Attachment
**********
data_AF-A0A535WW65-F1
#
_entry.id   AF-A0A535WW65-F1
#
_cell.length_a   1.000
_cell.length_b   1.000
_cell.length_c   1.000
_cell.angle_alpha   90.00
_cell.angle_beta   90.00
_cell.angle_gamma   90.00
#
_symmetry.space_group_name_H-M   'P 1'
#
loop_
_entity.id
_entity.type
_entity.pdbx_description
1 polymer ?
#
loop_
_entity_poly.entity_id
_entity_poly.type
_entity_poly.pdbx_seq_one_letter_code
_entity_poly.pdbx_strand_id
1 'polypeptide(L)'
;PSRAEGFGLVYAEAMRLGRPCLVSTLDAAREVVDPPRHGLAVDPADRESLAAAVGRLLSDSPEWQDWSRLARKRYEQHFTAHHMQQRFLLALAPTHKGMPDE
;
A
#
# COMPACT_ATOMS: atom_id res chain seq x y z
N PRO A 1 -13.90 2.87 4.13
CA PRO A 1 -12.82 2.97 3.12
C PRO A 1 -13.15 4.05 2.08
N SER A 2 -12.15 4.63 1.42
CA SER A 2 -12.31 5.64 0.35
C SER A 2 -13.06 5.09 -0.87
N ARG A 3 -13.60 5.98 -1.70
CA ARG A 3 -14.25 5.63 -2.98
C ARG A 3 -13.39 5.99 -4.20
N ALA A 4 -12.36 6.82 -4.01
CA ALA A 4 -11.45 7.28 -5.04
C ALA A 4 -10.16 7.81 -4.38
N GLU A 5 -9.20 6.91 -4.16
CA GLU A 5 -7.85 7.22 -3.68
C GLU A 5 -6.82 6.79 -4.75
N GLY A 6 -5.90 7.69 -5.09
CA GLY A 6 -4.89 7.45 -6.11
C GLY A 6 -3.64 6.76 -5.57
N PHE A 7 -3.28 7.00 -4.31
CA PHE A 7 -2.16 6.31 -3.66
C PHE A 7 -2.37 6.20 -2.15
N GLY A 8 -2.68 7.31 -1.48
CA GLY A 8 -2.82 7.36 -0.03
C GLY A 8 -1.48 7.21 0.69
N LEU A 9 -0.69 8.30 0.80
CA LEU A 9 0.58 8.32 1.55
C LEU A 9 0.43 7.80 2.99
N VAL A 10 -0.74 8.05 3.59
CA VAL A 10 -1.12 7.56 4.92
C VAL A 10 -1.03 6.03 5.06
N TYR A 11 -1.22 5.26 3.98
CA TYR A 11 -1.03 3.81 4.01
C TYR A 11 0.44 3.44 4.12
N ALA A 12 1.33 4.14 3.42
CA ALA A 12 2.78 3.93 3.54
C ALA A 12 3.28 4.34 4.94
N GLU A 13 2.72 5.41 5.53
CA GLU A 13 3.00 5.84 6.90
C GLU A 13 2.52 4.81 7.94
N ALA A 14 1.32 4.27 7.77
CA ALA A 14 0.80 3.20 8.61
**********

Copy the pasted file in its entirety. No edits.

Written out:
data_AF-A0A535WW65-F1
#
_entry.id   AF-A0A535WW65-F1
#
_cell.length_a   1.000
_cell.length_b   1.000
_cell.length_c   1.000
_cell.angle_alpha   90.00
_cell.angle_beta   90.00
_cell.angle_gamma   90.00
#
_symmetry.space_group_name_H-M   'P 1'
#
loop_
_entity.id
_entity.type
_entity.pdbx_description
1 polymer ?
#
loop_
_entity_poly.entity_id
_entity_poly.type
_entity_poly.pdbx_seq_one_letter_code
_entity_poly.pdbx_strand_id
1 'polypeptide(L)'
;PSRAEGFGLVYAEAMRLGRPCLVSTLDAAREVVDPPRHGLAVDPADRESLAAAVGRLLSDSPEWQDWSRLARKRYEQHFTAHHMQQRFLLALAPTHKGMPDE
;
A
#
# COMPACT_ATOMS: atom_id res chain seq x y z
N PRO A 1 -13.90 2.87 4.13
CA PRO A 1 -12.82 2.97 3.12
C PRO A 1 -13.15 4.05 2.08
N SER A 2 -12.15 4.63 1.42
CA SER A 2 -12.31 5.64 0.35
C SER A 2 -13.06 5.09 -0.87
N ARG A 3 -13.60 5.98 -1.70
CA ARG A 3 -14.25 5.63 -2.98
C ARG A 3 -13.39 5.99 -4.20
N ALA A 4 -12.36 6.82 -4.01
CA ALA A 4 -11.45 7.28 -5.04
C ALA A 4 -10.16 7.81 -4.38
N GLU A 5 -9.20 6.91 -4.16
CA GLU A 5 -7.85 7.22 -3.68
C GLU A 5 -6.82 6.79 -4.75
N GLY A 6 -5.90 7.69 -5.09
CA GLY A 6 -4.89 7.45 -6.11
C GLY A 6 -3.64 6.76 -5.57
N PHE A 7 -3.28 7.00 -4.31
CA PHE A 7 -2.16 6.31 -3.66
C PHE A 7 -2.37 6.20 -2.15
N GLY A 8 -2.68 7.31 -1.48
CA GLY A 8 -2.82 7.36 -0.03
C GLY A 8 -1.48 7.21 0.69
N LEU A 9 -0.69 8.30 0.80
CA LEU A 9 0.58 8.32 1.55
C LEU A 9 0.43 7.80 2.99
N VAL A 10 -0.74 8.05 3.59
CA VAL A 10 -1.12 7.56 4.92
C VAL A 10 -1.03 6.03 5.06
N TYR A 11 -1.22 5.26 3.98
CA TYR A 11 -1.03 3.81 4.01
C TYR A 11 0.44 3.44 4.12
N ALA A 12 1.33 4.14 3.42
CA ALA A 12 2.78 3.93 3.54
C ALA A 12 3.28 4.34 4.94
N GLU A 13 2.72 5.41 5.53
CA GLU A 13 3.00 5.84 6.90
C GLU A 13 2.52 4.81 7.94
N ALA A 14 1.32 4.27 7.77
CA ALA A 14 0.80 3.20 8.61